while(gRowEnd < len){
    var rowEnd = text.substring(gRowStart, gRowEnd).lastIndexOf(' '); // add more checks for break conditions here
    breakingIndexes.push(gRowStart + rowEnd); // add breaking index to array
    gRowStart = gRowStart + rowEnd + 1; // next start is the next char
    gRowEnd = gRowStart + charsPerRow;  // global end inxex is start + charsperrow

var text2 = $('#text2').text();           // "lorem ipsum ... " now not width bound
var start = 0, newText = '';
for(var i=0; i < breakingIndexes.length; i++){
    newText += text2.substring(start, breakingIndexes[i]) + '<br />'; // add hard breaks
    start = breakingIndexes[i]; // update start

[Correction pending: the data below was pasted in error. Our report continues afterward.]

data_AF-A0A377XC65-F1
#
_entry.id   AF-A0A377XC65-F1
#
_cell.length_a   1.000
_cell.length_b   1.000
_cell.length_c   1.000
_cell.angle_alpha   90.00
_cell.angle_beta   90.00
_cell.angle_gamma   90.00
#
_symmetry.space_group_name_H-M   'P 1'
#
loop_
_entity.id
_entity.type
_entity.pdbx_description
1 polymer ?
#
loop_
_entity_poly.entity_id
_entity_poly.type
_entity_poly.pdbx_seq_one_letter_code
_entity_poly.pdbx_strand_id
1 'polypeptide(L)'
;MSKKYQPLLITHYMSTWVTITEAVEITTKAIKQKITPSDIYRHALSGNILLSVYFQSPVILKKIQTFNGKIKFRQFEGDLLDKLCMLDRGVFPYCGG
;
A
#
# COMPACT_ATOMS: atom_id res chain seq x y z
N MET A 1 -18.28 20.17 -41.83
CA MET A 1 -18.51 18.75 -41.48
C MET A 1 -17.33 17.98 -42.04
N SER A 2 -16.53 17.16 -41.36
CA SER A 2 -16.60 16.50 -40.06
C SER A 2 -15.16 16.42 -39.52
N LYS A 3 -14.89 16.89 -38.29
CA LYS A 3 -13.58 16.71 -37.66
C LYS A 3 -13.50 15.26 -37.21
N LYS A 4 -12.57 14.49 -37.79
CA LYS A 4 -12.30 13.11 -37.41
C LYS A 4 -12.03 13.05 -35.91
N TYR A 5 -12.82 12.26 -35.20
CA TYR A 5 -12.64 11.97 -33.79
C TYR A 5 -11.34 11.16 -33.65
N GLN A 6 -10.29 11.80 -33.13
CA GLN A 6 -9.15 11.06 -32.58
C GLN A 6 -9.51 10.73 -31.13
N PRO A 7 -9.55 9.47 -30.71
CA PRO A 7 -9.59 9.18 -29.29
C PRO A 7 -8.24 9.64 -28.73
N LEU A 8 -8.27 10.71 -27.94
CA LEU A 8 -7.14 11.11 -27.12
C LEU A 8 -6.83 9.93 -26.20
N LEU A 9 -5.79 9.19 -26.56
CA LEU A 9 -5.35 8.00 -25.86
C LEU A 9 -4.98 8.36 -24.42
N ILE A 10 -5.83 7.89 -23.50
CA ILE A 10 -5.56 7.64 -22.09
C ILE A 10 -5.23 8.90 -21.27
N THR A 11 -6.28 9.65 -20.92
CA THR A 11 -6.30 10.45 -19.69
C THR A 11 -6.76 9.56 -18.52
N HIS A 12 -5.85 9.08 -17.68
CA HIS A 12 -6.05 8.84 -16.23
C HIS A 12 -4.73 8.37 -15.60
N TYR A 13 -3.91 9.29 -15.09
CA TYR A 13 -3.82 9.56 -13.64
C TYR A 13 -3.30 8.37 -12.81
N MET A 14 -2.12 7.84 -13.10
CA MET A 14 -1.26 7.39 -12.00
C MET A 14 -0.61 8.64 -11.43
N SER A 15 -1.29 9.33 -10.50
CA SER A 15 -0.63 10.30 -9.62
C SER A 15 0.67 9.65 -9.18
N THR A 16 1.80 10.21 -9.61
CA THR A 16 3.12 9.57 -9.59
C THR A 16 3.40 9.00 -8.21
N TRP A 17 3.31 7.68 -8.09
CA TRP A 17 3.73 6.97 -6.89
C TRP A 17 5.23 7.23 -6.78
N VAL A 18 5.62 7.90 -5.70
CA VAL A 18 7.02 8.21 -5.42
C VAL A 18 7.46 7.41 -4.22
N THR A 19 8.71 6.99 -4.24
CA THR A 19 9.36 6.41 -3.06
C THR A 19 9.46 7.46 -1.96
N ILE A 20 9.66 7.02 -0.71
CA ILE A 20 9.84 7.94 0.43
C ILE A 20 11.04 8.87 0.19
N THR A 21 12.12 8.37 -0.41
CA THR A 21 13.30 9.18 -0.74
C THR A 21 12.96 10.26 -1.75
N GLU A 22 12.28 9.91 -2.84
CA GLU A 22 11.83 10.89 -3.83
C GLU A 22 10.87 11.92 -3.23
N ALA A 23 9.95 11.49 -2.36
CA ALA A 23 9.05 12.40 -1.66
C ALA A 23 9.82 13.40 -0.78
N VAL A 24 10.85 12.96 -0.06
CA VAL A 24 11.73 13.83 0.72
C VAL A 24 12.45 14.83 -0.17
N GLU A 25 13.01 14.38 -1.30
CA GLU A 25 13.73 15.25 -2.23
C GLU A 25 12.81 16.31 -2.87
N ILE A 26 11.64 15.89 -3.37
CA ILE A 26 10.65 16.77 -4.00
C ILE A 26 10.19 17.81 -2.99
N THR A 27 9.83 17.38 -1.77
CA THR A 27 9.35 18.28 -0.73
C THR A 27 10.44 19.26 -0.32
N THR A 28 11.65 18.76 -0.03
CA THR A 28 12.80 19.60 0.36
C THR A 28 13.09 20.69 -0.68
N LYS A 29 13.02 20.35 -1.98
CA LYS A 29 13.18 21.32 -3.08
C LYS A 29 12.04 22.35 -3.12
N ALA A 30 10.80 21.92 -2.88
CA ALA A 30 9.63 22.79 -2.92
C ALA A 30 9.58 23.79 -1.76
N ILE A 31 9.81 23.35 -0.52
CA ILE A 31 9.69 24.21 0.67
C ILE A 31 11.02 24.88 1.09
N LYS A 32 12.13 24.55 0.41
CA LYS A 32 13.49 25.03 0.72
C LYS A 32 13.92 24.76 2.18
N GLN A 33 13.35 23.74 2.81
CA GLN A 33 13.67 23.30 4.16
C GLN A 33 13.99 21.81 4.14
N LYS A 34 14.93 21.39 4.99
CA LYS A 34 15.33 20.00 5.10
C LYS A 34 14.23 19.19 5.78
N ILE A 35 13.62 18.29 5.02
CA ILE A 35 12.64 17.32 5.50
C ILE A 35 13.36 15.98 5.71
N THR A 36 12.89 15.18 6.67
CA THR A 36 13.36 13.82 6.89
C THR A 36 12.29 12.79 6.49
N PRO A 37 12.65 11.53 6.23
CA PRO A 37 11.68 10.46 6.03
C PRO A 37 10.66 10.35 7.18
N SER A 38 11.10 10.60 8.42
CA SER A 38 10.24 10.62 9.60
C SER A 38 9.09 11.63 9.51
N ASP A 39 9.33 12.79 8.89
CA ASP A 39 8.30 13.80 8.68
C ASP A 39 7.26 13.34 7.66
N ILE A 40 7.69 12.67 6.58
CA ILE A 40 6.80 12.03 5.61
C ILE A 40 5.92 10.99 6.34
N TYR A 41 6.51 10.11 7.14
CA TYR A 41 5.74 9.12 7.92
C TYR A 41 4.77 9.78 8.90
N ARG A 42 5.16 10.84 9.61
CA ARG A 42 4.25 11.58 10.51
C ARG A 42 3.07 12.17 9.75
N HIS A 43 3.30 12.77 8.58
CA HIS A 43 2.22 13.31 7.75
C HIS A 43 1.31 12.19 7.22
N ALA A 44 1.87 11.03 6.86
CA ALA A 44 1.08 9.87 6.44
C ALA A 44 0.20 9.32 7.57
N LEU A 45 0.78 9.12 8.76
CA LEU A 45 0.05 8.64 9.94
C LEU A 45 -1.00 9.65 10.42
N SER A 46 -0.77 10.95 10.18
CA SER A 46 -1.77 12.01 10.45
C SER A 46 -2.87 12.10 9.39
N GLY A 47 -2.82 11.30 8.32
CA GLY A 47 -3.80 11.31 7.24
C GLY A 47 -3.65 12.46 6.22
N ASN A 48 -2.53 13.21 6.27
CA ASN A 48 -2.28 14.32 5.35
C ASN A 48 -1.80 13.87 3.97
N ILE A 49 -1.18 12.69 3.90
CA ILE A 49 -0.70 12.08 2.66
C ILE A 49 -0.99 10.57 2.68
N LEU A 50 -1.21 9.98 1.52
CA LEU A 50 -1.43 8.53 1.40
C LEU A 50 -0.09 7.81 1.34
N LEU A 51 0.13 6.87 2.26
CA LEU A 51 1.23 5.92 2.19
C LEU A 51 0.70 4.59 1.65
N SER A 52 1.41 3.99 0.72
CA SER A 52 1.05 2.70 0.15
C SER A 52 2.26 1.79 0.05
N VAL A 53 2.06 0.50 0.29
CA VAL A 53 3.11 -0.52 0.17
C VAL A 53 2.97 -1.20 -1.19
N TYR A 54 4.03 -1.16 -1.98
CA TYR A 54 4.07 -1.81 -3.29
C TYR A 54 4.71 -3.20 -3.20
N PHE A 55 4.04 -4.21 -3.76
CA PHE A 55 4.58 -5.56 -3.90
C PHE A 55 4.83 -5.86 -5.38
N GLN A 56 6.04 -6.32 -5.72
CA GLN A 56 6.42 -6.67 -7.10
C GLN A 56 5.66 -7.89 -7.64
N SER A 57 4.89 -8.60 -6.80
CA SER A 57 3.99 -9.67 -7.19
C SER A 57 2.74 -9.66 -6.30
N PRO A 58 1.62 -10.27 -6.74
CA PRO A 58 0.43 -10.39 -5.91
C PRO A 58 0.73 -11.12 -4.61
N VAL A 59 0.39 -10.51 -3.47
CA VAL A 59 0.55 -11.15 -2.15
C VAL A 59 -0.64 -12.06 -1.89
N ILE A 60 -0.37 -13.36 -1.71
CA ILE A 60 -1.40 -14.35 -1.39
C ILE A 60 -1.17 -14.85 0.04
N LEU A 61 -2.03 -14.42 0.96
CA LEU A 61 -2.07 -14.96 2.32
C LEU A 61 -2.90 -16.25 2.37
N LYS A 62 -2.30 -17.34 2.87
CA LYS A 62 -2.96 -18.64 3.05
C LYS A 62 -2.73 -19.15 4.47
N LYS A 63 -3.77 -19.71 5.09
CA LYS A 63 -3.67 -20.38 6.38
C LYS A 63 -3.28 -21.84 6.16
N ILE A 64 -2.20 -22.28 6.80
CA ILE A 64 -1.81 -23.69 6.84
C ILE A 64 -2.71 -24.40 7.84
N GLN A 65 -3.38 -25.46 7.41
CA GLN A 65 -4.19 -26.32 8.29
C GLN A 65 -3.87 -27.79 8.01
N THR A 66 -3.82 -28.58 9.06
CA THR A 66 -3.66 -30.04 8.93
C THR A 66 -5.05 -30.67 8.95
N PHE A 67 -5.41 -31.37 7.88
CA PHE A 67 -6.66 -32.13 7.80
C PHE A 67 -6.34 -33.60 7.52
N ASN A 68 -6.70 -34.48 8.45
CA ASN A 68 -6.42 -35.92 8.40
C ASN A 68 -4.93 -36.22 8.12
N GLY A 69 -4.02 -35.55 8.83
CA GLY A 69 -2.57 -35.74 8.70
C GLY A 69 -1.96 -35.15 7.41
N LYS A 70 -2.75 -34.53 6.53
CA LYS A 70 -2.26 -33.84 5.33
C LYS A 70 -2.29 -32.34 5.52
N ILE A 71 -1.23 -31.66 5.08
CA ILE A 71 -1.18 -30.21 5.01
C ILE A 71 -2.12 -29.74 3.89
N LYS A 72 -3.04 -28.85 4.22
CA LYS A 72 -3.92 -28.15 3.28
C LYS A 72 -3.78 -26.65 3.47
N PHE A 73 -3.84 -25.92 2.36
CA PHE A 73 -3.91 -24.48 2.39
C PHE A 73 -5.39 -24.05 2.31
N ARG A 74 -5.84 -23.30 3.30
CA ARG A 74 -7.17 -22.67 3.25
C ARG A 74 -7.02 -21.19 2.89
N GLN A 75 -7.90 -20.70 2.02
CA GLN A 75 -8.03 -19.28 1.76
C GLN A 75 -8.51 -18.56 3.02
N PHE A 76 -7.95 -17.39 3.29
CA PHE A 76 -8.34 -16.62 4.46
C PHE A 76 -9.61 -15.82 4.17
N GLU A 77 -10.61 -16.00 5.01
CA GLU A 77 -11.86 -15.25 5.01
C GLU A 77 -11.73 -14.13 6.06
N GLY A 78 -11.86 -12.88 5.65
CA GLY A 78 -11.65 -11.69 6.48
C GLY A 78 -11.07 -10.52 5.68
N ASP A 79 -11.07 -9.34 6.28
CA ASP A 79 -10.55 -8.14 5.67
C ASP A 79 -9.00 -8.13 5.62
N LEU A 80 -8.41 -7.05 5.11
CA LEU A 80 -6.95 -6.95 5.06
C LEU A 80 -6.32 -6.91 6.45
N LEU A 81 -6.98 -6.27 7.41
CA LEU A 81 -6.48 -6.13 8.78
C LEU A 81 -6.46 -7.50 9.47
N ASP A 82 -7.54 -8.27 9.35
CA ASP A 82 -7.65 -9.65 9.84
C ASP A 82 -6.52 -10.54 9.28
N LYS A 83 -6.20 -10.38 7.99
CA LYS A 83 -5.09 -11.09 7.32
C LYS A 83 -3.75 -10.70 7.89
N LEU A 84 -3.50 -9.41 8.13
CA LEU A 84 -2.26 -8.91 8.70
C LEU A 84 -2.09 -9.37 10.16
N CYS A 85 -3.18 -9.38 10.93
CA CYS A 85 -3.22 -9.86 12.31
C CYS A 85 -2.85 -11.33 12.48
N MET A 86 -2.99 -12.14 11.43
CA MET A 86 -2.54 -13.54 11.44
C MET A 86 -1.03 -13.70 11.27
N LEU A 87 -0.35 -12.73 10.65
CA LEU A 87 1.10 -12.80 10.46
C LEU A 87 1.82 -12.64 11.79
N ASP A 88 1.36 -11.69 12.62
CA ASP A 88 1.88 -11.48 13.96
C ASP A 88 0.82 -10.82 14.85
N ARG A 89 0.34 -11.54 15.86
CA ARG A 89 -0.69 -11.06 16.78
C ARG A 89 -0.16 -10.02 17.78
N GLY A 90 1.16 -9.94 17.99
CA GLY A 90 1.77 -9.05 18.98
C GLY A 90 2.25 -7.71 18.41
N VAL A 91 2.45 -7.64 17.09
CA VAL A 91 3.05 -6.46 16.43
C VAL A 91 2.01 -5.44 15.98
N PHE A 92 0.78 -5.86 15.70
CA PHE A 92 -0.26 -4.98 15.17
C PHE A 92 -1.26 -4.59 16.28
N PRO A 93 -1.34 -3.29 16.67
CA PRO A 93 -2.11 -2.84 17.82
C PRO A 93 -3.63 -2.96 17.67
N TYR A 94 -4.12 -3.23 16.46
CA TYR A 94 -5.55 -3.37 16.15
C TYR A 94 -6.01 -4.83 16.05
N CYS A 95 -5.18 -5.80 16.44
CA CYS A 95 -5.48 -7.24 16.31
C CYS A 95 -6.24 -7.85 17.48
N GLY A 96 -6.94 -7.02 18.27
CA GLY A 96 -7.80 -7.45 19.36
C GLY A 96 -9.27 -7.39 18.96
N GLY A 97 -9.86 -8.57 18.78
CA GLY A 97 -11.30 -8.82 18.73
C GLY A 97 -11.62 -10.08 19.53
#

$('#text2').html(newText); // output with breaks


  • Problem is indeed that a lot of characters have a different space. One thing you could do is take 1ex as charWidth. Or maybe (which is harder) create an estimate of the charWidth. But this is language dependent, by means of which character is more likely to be in your text. Or, if word-wrap is not what you are looking for, it could be nice to take the max-char, like W, which is a huge character. Or maybe see it as a Gaussian function with a variance?
    – Marnix
    Jan 13, 2011 at 12:36
  • 1
    @marnix - I cannot see any of these being very accurate calculations, because non-monospace fonts have different character widths. You could of course calculate the width of all common characters and actually calculate each row based on the individual character widths. This however seems horribly inefficient. Jan 13, 2011 at 15:55